• “We all have to watch that the quest for mastery isn’t de-railed by all that window shopping.”

        Good point! I don’t think everyone should try everything. But why not try one in each main category of service (distribution, direct-to-fan retail, self-publishing, list management). Tweak them as you go (by either changing the strategy on each or changing to another provider). Then 3-6 months later after mastering those, try some of the other categories (mobile app, press platform, licensing, booking, etc.). Method among madness.

        Dmitri
        http://twitter.com/storyamp

  9. the question is… is it about music at all? or commerce?

  10. Hey great site and I enjoyed it!

  11. Yeah, I totally had the same thought recently. However, I think you can simplify the chaos a bit by categorising the services. Then you have just a couple of services in every category – still a lot though 🙂

    I’m not sure if I agree entirely with Eric Garland’s statement. We are still in a transition phase but in the long run I think we will see just a couple of big companies dominating the music distribution sector.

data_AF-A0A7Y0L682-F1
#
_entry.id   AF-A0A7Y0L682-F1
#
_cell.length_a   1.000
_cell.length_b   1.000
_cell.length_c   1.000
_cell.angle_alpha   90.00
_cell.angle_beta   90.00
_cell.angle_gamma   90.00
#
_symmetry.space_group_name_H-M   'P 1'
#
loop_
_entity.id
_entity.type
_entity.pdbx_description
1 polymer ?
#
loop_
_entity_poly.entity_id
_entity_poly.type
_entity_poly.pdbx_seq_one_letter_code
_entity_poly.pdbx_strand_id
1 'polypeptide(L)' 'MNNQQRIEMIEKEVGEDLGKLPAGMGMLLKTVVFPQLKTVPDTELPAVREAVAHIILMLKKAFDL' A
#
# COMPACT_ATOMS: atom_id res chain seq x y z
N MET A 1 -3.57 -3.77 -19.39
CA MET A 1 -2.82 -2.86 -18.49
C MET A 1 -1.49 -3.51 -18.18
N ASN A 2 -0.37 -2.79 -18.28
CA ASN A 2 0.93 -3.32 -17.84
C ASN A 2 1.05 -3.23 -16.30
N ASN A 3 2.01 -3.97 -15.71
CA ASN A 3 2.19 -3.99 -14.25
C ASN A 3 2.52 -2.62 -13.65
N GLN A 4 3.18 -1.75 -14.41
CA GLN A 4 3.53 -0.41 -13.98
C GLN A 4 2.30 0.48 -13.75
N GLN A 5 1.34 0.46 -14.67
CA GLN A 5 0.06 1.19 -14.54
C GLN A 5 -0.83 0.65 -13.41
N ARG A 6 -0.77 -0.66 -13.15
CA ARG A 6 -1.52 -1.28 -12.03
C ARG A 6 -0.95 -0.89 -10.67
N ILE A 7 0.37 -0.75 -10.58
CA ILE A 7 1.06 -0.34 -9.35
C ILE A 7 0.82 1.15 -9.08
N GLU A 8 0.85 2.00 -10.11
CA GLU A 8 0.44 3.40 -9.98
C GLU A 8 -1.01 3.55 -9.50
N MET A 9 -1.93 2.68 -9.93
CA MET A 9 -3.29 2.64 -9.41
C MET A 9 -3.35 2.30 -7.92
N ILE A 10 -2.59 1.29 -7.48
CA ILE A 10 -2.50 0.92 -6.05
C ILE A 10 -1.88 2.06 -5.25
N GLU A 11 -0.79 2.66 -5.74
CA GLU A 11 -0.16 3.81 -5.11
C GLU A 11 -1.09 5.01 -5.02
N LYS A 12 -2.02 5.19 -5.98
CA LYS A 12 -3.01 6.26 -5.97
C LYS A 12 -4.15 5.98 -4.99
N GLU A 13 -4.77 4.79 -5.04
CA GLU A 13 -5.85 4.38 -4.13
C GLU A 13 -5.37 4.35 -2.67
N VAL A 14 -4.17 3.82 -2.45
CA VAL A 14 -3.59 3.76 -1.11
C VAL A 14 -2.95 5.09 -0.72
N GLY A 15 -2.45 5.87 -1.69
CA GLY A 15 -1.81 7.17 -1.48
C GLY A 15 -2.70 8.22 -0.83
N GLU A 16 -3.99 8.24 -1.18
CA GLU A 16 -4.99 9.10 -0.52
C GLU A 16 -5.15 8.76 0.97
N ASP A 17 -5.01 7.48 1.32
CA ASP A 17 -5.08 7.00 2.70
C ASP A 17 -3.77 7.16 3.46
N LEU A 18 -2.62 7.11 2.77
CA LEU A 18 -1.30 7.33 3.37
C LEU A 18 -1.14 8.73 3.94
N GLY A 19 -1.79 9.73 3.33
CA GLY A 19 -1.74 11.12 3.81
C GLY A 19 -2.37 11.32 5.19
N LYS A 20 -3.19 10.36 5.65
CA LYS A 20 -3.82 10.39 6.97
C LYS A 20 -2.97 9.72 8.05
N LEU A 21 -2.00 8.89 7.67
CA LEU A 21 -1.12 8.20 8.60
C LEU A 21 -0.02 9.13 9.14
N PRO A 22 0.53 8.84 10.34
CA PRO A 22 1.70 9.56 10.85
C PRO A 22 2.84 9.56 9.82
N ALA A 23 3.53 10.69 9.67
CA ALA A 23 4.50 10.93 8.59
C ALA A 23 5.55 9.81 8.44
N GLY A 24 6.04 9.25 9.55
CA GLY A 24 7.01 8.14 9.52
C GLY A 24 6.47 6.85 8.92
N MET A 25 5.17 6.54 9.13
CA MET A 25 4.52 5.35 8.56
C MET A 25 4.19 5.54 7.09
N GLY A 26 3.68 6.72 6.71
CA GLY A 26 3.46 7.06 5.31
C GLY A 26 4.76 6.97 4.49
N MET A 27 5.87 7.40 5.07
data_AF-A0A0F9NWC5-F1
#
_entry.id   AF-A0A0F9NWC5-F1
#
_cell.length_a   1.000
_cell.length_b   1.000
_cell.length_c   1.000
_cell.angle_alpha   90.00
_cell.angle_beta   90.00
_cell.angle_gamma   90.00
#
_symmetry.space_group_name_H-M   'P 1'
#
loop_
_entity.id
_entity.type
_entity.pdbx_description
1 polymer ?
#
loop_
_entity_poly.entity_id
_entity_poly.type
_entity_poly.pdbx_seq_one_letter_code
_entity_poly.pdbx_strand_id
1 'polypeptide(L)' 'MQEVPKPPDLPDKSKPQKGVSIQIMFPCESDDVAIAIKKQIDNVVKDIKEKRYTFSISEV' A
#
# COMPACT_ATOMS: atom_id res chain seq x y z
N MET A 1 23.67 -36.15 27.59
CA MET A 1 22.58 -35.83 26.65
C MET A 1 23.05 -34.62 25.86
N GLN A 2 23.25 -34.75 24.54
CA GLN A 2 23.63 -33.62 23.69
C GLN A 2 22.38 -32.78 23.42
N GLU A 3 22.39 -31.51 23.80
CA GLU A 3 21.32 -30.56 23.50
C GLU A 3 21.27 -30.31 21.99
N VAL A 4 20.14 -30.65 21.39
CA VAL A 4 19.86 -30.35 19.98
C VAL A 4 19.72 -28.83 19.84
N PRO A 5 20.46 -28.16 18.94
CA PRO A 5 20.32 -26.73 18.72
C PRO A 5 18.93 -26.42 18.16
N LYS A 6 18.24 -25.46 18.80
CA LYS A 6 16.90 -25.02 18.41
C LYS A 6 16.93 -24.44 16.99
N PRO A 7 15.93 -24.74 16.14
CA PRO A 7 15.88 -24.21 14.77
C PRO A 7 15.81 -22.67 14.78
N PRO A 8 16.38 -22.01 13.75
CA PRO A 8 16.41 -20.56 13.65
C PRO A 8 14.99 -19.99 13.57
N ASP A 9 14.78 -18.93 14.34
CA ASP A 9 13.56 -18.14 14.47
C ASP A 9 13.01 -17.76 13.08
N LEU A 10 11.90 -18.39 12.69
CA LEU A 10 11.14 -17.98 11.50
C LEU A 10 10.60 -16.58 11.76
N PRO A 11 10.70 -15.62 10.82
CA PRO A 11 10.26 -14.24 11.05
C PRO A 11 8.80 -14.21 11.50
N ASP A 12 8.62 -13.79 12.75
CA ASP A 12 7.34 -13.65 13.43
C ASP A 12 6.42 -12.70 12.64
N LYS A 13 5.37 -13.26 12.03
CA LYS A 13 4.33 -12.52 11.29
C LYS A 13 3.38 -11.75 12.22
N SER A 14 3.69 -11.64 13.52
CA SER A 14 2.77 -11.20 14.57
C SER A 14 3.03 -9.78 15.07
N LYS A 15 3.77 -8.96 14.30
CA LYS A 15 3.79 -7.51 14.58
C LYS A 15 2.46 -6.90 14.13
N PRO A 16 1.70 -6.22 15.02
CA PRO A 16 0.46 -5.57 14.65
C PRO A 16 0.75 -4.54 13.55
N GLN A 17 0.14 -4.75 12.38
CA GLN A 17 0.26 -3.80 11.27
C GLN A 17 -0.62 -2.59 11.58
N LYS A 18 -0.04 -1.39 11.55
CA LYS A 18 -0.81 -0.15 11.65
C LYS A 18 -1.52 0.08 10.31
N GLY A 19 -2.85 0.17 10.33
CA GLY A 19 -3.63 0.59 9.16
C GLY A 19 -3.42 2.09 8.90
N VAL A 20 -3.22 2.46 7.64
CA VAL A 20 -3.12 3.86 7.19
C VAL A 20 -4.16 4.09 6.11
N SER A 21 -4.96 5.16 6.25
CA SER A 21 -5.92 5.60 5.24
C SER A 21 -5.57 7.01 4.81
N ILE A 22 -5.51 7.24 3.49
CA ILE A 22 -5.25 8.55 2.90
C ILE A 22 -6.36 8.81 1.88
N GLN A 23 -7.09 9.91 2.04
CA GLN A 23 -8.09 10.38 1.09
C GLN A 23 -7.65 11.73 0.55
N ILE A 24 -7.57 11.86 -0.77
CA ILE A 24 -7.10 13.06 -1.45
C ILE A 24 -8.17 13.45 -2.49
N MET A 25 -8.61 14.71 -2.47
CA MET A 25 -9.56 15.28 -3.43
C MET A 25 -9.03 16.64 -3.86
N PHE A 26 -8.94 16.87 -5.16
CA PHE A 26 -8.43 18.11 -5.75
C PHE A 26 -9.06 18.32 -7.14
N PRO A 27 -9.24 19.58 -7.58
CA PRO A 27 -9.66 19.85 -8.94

I also remember the mp3.com times. In my opinion, they were way ahead of their time. They started a kind of cloud music service around 2000. They had an ad-funded business model that paid artists (payback for playback). All things that are very topical today again.

    I just started my blog. Have a look if you like. http://www.artist-entrepreneurship.com
    Greets from Sydney

  12. Peter, you read my mind!!! No way an Indie Musician can do it all on their own anymore without picking and choosing. And what drives me crazy is you put tons of effort into one thing , for example with social networking for musicians (because labels / bookers / venues / etc. say they want to see your “following”)i.e. myspace when it was “the” thing for musicians to have, getting “friends”, then it became yesterday’s news. Now should we focus on collecting followers on Twitter and friends on Facebook, then next we know that is old news too??? ARGH!!!!! Only so much time in a day. Heard John Mayer just quit Twitter so he could use his creativity on songwriting again instead of clever tweets.

  13. I am extremely happy to land on this website, just what I was looking for. Fanned : D

  14. I absolutely love this blog and the comments!